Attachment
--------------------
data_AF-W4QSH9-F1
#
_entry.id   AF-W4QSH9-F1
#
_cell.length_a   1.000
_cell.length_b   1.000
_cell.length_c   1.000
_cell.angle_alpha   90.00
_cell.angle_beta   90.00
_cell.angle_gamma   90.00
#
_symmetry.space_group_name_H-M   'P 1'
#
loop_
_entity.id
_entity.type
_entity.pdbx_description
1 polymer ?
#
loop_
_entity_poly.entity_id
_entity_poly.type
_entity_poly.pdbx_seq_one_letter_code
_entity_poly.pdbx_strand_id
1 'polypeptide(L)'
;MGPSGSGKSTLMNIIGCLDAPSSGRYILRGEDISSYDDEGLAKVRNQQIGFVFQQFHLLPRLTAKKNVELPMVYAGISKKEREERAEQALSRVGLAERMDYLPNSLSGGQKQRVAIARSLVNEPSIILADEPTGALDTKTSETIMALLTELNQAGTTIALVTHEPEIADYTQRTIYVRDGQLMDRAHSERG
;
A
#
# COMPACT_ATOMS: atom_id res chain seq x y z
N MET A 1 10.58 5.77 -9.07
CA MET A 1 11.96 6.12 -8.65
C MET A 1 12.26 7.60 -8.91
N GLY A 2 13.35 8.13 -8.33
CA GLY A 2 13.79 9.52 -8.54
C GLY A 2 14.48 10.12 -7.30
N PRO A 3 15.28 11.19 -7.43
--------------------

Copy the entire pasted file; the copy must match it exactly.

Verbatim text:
data_AF-W4QSH9-F1
#
_entry.id   AF-W4QSH9-F1
#
_cell.length_a   1.000
_cell.length_b   1.000
_cell.length_c   1.000
_cell.angle_alpha   90.00
_cell.angle_beta   90.00
_cell.angle_gamma   90.00
#
_symmetry.space_group_name_H-M   'P 1'
#
loop_
_entity.id
_entity.type
_entity.pdbx_description
1 polymer ?
#
loop_
_entity_poly.entity_id
_entity_poly.type
_entity_poly.pdbx_seq_one_letter_code
_entity_poly.pdbx_strand_id
1 'polypeptide(L)'
;MGPSGSGKSTLMNIIGCLDAPSSGRYILRGEDISSYDDEGLAKVRNQQIGFVFQQFHLLPRLTAKKNVELPMVYAGISKKEREERAEQALSRVGLAERMDYLPNSLSGGQKQRVAIARSLVNEPSIILADEPTGALDTKTSETIMALLTELNQAGTTIALVTHEPEIADYTQRTIYVRDGQLMDRAHSERG
;
A
#
# COMPACT_ATOMS: atom_id res chain seq x y z
N MET A 1 10.58 5.77 -9.07
CA MET A 1 11.96 6.12 -8.65
C MET A 1 12.26 7.60 -8.91
N GLY A 2 13.35 8.13 -8.33
CA GLY A 2 13.79 9.52 -8.54
C GLY A 2 14.48 10.12 -7.30
N PRO A 3 15.28 11.19 -7.43